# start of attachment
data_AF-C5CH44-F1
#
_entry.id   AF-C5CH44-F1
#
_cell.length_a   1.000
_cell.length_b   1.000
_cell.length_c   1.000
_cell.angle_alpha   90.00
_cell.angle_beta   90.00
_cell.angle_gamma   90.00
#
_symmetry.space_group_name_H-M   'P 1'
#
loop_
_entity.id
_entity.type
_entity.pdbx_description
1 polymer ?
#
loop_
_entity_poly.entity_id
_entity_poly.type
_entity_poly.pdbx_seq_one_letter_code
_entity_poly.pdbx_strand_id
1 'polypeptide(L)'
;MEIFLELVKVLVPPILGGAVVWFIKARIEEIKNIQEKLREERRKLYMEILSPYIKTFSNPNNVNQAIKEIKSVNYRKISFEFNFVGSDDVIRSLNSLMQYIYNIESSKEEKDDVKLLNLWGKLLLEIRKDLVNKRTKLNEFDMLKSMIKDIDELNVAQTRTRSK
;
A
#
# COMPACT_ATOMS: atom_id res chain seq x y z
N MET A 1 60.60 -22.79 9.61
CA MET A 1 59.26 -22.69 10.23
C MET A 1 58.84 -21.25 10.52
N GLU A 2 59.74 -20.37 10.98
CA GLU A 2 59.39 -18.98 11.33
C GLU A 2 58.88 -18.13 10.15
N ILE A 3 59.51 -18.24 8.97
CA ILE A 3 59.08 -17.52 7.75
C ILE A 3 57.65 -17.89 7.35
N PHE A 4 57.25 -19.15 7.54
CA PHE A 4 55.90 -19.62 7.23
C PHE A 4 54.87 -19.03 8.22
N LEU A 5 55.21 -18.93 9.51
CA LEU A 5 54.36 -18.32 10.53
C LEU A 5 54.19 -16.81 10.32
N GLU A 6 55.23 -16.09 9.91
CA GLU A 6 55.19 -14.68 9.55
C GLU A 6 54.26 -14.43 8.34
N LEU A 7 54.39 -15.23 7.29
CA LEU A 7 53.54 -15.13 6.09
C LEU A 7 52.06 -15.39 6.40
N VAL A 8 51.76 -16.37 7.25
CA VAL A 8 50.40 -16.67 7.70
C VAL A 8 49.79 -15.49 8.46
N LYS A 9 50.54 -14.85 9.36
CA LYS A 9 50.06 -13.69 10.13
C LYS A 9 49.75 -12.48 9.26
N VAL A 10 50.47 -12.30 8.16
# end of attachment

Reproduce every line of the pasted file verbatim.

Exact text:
data_AF-C5CH44-F1
#
_entry.id   AF-C5CH44-F1
#
_cell.length_a   1.000
_cell.length_b   1.000
_cell.length_c   1.000
_cell.angle_alpha   90.00
_cell.angle_beta   90.00
_cell.angle_gamma   90.00
#
_symmetry.space_group_name_H-M   'P 1'
#
loop_
_entity.id
_entity.type
_entity.pdbx_description
1 polymer ?
#
loop_
_entity_poly.entity_id
_entity_poly.type
_entity_poly.pdbx_seq_one_letter_code
_entity_poly.pdbx_strand_id
1 'polypeptide(L)'
;MEIFLELVKVLVPPILGGAVVWFIKARIEEIKNIQEKLREERRKLYMEILSPYIKTFSNPNNVNQAIKEIKSVNYRKISFEFNFVGSDDVIRSLNSLMQYIYNIESSKEEKDDVKLLNLWGKLLLEIRKDLVNKRTKLNEFDMLKSMIKDIDELNVAQTRTRSK
;
A
#
# COMPACT_ATOMS: atom_id res chain seq x y z
N MET A 1 60.60 -22.79 9.61
CA MET A 1 59.26 -22.69 10.23
C MET A 1 58.84 -21.25 10.52
N GLU A 2 59.74 -20.37 10.98
CA GLU A 2 59.39 -18.98 11.33
C GLU A 2 58.88 -18.13 10.15
N ILE A 3 59.51 -18.24 8.97
CA ILE A 3 59.08 -17.52 7.75
C ILE A 3 57.65 -17.89 7.35
N PHE A 4 57.25 -19.15 7.54
CA PHE A 4 55.90 -19.62 7.23
C PHE A 4 54.87 -19.03 8.22
N LEU A 5 55.21 -18.93 9.51
CA LEU A 5 54.36 -18.32 10.53
C LEU A 5 54.19 -16.81 10.32
N GLU A 6 55.23 -16.09 9.91
CA GLU A 6 55.19 -14.68 9.55
C GLU A 6 54.26 -14.43 8.34
N LEU A 7 54.39 -15.23 7.29
CA LEU A 7 53.54 -15.13 6.09
C LEU A 7 52.06 -15.39 6.40
N VAL A 8 51.76 -16.37 7.25
CA VAL A 8 50.40 -16.67 7.70
C VAL A 8 49.79 -15.49 8.46
N LYS A 9 50.54 -14.85 9.36
CA LYS A 9 50.06 -13.69 10.13
C LYS A 9 49.75 -12.48 9.26
N VAL A 10 50.47 -12.30 8.16